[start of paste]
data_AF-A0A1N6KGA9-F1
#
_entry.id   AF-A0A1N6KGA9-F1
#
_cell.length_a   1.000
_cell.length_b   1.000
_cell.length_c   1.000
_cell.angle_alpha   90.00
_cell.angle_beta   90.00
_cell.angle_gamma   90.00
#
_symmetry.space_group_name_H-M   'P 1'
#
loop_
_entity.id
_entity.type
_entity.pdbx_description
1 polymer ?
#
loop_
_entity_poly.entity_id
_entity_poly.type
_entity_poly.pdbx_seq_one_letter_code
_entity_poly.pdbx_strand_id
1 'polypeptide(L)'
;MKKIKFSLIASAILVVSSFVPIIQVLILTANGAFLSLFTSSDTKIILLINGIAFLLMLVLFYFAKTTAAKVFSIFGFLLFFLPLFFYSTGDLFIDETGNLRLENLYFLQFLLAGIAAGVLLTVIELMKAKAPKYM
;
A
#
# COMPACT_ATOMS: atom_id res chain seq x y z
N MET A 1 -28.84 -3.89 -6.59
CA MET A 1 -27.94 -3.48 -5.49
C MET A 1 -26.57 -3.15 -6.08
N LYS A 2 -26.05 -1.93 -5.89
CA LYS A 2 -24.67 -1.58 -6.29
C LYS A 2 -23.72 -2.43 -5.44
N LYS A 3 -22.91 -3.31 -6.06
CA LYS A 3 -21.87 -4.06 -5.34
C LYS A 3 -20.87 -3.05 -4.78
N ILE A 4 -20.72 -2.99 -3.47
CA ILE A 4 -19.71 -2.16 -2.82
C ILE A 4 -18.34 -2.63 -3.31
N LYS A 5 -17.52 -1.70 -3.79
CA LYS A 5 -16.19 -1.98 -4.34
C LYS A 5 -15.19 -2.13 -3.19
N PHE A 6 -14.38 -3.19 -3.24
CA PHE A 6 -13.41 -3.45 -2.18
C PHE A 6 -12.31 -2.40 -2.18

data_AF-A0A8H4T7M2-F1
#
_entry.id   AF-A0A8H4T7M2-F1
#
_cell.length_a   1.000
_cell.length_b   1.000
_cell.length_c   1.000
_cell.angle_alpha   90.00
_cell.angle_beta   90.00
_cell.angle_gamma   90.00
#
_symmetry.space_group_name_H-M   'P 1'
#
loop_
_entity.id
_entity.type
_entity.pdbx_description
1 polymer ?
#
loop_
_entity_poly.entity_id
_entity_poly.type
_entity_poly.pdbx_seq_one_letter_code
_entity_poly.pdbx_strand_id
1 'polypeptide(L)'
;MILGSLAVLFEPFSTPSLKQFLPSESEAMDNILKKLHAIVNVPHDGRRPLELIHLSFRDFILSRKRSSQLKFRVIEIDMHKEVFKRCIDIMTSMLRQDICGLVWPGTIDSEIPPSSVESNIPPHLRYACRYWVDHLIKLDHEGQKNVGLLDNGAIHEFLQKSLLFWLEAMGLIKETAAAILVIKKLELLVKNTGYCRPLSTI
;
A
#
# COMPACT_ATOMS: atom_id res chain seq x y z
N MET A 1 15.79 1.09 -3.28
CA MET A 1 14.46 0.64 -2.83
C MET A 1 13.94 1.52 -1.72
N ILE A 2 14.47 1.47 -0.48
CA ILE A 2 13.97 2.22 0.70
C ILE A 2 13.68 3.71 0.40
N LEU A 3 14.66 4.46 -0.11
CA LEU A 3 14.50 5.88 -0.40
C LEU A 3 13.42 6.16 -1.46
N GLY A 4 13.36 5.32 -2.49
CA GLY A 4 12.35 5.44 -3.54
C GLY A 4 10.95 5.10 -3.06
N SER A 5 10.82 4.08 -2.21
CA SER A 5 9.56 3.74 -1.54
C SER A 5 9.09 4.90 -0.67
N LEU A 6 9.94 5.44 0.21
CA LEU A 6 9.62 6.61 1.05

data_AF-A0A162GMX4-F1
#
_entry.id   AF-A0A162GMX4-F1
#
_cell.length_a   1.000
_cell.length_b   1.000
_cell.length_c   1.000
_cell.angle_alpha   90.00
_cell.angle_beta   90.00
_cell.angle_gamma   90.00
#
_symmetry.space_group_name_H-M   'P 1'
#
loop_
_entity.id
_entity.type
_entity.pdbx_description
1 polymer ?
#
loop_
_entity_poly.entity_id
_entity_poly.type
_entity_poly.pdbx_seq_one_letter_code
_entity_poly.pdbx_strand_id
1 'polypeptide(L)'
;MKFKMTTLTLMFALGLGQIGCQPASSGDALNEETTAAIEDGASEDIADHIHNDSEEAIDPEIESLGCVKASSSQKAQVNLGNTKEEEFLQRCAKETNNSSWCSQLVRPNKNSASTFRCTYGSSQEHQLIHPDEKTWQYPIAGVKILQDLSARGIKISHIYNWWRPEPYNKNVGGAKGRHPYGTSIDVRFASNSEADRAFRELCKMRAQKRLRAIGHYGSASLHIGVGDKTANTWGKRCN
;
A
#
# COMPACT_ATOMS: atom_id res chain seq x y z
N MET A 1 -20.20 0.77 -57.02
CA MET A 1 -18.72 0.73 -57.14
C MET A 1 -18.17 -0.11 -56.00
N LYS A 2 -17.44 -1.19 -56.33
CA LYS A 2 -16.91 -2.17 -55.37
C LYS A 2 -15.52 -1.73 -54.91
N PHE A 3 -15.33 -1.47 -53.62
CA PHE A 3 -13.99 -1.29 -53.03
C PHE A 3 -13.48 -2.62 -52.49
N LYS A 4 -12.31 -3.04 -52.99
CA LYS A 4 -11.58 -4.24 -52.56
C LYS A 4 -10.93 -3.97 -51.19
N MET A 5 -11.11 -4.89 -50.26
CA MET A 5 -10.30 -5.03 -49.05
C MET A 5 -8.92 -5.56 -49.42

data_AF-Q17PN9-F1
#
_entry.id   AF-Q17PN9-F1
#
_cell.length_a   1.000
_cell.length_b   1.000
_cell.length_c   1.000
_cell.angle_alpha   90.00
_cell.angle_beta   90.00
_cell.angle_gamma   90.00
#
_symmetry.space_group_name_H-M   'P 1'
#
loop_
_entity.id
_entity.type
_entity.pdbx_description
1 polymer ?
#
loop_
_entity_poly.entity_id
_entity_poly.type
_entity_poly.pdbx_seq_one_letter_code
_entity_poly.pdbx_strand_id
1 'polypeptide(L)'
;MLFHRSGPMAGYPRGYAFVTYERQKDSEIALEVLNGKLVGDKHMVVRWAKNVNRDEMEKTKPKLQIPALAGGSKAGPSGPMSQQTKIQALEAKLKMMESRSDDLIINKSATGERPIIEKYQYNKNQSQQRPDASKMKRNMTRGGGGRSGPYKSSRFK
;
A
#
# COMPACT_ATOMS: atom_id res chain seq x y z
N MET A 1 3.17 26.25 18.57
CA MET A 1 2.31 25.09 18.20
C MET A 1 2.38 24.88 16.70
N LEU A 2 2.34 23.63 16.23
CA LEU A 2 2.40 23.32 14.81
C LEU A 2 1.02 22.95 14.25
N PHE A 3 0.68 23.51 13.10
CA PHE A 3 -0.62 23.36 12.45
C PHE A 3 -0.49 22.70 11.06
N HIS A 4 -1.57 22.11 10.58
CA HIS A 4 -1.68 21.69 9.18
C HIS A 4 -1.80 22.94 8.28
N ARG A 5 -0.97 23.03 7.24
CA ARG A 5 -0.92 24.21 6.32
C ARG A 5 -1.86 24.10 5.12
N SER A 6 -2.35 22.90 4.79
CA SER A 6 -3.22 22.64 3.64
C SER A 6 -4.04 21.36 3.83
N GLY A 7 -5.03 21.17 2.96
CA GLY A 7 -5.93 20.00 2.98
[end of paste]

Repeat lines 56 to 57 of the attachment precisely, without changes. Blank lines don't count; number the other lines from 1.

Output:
_cell.angle_alpha   90.00
_cell.angle_beta   90.00